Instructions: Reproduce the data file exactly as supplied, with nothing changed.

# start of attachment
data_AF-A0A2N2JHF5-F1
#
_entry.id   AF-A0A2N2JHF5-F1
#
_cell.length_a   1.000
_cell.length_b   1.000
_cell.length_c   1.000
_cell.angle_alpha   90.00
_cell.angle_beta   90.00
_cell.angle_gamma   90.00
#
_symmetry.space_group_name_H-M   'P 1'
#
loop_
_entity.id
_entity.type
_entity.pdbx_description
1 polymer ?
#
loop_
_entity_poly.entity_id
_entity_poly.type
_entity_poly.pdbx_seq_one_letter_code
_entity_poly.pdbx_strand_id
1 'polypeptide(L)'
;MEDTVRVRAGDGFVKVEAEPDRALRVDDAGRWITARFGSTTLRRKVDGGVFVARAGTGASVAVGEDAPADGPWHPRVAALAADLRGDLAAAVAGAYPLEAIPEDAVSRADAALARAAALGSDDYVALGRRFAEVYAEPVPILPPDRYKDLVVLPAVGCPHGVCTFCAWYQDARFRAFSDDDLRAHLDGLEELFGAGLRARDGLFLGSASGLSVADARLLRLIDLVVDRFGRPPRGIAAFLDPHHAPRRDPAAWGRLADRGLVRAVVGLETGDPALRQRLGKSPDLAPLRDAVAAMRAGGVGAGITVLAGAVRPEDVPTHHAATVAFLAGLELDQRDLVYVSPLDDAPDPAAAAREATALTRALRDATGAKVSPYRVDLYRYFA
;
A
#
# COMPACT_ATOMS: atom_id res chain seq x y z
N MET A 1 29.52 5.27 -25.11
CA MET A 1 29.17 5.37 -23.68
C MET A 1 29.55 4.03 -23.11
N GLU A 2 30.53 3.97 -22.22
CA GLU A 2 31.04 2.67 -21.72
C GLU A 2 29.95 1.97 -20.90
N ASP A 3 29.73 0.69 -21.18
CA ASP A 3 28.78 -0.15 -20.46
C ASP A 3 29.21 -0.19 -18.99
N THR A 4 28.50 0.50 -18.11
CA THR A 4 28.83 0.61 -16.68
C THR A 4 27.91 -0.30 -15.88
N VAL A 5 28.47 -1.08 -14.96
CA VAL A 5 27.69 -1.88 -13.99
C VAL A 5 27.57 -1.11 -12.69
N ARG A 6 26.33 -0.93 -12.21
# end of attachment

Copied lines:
data_AF-A0A2N2JHF5-F1
#
_entry.id   AF-A0A2N2JHF5-F1
#
_cell.length_a   1.000
_cell.length_b   1.000
_cell.length_c   1.000
_cell.angle_alpha   90.00
_cell.angle_beta   90.00
_cell.angle_gamma   90.00
#
_symmetry.space_group_name_H-M   'P 1'
#
loop_
_entity.id
_entity.type
_entity.pdbx_description
1 polymer ?
#
loop_
_entity_poly.entity_id
_entity_poly.type
_entity_poly.pdbx_seq_one_letter_code
_entity_poly.pdbx_strand_id
1 'polypeptide(L)'
;MEDTVRVRAGDGFVKVEAEPDRALRVDDAGRWITARFGSTTLRRKVDGGVFVARAGTGASVAVGEDAPADGPWHPRVAALAADLRGDLAAAVAGAYPLEAIPEDAVSRADAALARAAALGSDDYVALGRRFAEVYAEPVPILPPDRYKDLVVLPAVGCPHGVCTFCAWYQDARFRAFSDDDLRAHLDGLEELFGAGLRARDGLFLGSASGLSVADARLLRLIDLVVDRFGRPPRGIAAFLDPHHAPRRDPAAWGRLADRGLVRAVVGLETGDPALRQRLGKSPDLAPLRDAVAAMRAGGVGAGITVLAGAVRPEDVPTHHAATVAFLAGLELDQRDLVYVSPLDDAPDPAAAAREATALTRALRDATGAKVSPYRVDLYRYFA
;
A
#
# COMPACT_ATOMS: atom_id res chain seq x y z
N MET A 1 29.52 5.27 -25.11
CA MET A 1 29.17 5.37 -23.68
C MET A 1 29.55 4.03 -23.11
N GLU A 2 30.53 3.97 -22.22
CA GLU A 2 31.04 2.67 -21.72
C GLU A 2 29.95 1.97 -20.90
N ASP A 3 29.73 0.69 -21.18
CA ASP A 3 28.78 -0.15 -20.46
C ASP A 3 29.21 -0.19 -18.99
N THR A 4 28.50 0.50 -18.11
CA THR A 4 28.83 0.61 -16.68
C THR A 4 27.91 -0.30 -15.88
N VAL A 5 28.47 -1.08 -14.96
CA VAL A 5 27.69 -1.88 -13.99
C VAL A 5 27.57 -1.11 -12.69
N ARG A 6 26.33 -0.93 -12.21